The images you'll see as you scroll down to the current text are all part of the story telling in my novel, Realms of Gold:Ritual to Romance.

Bianca Caldwell, pen name, Bianca Fiore, is a writer for an art magazine. In each of her monthly stories she describes an object used in ancient ritual.

Purse lid from the Sutton Hoo

Wealth, and its public display, was probably used to establish status in early Anglo-Saxon society much as it is today. The purse lid from Sutton Hoo is the richest of its kind yet found.

Anglo-Saxon, early 7th century AD
From Mound 1, Sutton Hoo, Suffolk, England
British Museum

The lid was made to cover a leather pouch containing gold coins. It hung by three hinged straps from the waist belt, and was fastened by a gold buckle. The lid had totally decayed but was probably made of whalebone – a precious material in early Anglo-Saxon England. Seven gold, garnet cloisonné and millefiori glass plaques were set into it. These are made with a combination of very large garnets and small ones, deliberately used to pick out details of the imagery. This combination could link the purse-lid and the fine shoulder clasps, which were also found in the ship burial, to the workshop of a single master-craftsman. It is possible that he made the entire suite of gold and garnet fittings discovered in Mound 1 as a single commission.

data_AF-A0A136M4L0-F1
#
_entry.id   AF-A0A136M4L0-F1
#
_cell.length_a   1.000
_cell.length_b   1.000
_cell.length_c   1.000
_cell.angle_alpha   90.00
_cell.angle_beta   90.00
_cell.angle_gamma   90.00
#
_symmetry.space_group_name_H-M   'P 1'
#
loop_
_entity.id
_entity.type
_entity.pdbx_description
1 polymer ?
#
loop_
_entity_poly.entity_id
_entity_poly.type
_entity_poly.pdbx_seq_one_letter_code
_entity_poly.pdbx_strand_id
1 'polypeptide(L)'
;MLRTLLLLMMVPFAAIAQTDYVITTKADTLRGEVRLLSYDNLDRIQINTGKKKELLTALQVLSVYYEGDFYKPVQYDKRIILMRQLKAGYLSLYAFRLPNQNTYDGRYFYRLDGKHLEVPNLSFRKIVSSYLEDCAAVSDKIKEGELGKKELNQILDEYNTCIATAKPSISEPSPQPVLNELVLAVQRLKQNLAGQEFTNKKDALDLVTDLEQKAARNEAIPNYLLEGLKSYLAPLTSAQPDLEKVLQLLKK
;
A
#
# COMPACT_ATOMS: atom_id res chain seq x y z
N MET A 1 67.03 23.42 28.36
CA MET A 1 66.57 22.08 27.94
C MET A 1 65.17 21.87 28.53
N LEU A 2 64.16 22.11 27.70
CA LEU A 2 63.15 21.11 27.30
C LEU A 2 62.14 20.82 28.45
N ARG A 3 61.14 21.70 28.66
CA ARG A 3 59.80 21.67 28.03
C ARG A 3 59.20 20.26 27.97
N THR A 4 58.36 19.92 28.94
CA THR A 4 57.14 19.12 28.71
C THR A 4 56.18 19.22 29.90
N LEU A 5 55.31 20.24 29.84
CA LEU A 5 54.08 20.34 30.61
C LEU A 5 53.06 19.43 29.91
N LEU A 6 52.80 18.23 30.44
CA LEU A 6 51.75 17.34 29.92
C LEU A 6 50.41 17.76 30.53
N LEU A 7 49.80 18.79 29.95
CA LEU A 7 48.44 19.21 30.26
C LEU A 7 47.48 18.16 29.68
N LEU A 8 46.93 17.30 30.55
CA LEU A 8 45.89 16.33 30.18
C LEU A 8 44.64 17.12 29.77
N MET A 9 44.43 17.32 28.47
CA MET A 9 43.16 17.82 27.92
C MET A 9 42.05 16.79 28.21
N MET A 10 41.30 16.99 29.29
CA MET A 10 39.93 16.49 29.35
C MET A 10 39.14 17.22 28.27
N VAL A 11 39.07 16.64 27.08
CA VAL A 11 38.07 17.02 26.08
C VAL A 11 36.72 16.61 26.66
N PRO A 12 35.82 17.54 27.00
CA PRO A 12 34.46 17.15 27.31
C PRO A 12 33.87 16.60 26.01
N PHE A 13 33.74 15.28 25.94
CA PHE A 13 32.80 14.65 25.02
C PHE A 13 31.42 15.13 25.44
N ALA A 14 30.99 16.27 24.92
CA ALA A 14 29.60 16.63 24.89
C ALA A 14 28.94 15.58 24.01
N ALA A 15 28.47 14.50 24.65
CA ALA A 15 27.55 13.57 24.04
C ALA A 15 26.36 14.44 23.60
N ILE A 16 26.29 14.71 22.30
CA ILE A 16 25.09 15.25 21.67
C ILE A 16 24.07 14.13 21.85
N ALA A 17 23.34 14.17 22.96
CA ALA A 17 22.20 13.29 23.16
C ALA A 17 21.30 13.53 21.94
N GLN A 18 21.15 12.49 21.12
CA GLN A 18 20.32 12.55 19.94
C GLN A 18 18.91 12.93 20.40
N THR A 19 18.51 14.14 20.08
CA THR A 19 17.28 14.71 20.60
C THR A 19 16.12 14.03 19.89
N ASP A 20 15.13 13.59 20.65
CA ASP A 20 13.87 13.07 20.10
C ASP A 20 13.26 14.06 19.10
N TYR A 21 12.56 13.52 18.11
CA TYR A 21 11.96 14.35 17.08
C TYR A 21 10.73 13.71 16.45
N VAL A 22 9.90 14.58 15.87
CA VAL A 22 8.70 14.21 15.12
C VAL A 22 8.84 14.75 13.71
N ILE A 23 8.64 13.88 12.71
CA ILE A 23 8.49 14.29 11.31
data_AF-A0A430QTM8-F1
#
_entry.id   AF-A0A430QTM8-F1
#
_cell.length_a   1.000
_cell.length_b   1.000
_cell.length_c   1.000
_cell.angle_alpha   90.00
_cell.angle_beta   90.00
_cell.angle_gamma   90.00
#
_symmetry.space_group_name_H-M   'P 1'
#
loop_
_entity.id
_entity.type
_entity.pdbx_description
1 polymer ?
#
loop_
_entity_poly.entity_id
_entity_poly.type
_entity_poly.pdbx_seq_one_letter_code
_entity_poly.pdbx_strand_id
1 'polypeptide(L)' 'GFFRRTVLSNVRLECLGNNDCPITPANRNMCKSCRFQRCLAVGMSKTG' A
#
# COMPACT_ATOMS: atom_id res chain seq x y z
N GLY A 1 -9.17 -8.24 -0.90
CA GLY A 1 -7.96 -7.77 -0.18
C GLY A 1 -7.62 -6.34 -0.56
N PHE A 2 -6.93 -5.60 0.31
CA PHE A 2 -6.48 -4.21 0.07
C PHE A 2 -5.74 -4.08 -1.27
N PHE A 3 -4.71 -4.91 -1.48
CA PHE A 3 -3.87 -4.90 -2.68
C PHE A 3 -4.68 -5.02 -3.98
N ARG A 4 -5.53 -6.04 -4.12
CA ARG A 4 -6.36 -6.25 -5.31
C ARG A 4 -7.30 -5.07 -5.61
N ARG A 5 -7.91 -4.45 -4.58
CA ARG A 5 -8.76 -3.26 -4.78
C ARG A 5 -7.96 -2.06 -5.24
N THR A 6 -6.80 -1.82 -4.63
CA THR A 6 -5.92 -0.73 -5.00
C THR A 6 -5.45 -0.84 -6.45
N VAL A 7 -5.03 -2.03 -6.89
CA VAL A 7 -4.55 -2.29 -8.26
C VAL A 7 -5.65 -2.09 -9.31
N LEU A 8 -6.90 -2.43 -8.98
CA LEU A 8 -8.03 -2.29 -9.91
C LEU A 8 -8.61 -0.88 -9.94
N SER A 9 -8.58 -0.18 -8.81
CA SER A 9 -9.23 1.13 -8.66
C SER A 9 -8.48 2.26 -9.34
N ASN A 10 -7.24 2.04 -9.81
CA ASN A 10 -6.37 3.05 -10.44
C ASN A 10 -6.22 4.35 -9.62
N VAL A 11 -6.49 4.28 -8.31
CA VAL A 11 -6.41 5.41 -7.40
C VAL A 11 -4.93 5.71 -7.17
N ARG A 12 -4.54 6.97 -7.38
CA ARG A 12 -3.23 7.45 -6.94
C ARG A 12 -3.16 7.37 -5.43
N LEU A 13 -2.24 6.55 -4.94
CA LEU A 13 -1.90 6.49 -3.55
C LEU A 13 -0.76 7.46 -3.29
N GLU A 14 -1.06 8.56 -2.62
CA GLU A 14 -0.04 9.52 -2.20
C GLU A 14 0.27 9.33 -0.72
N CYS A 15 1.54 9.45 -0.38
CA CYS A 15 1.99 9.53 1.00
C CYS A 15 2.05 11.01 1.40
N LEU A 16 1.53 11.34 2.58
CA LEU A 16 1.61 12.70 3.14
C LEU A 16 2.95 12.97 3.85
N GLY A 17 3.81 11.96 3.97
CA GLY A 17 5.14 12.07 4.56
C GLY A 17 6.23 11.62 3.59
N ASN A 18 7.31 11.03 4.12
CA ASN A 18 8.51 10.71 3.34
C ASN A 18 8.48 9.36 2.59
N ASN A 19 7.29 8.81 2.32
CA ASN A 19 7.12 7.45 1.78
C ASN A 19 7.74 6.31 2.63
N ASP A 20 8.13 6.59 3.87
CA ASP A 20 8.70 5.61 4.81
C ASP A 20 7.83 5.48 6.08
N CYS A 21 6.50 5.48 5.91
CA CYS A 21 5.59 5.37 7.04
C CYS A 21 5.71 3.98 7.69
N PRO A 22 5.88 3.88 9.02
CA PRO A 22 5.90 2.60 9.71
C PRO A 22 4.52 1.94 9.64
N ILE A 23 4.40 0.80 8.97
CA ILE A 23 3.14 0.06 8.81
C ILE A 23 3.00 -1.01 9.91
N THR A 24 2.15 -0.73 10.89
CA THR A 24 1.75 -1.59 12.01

Replica reconstruction of the purse-lid in the Sutton Hoo Museum, Sutton Hoo

The plaques include twinned images of a bird-of-prey swooping on a duck-like bird, and a man standing heroically between two beasts. These images must have had deep significance for the Anglo-Saxons, but it is impossible for us to interpret them. The fierce creatures are perhaps a powerful evocation of strength and courage, qualities that a successful leader of men must possess. Strikingly similar images of a man between beasts are known from Scandinavia.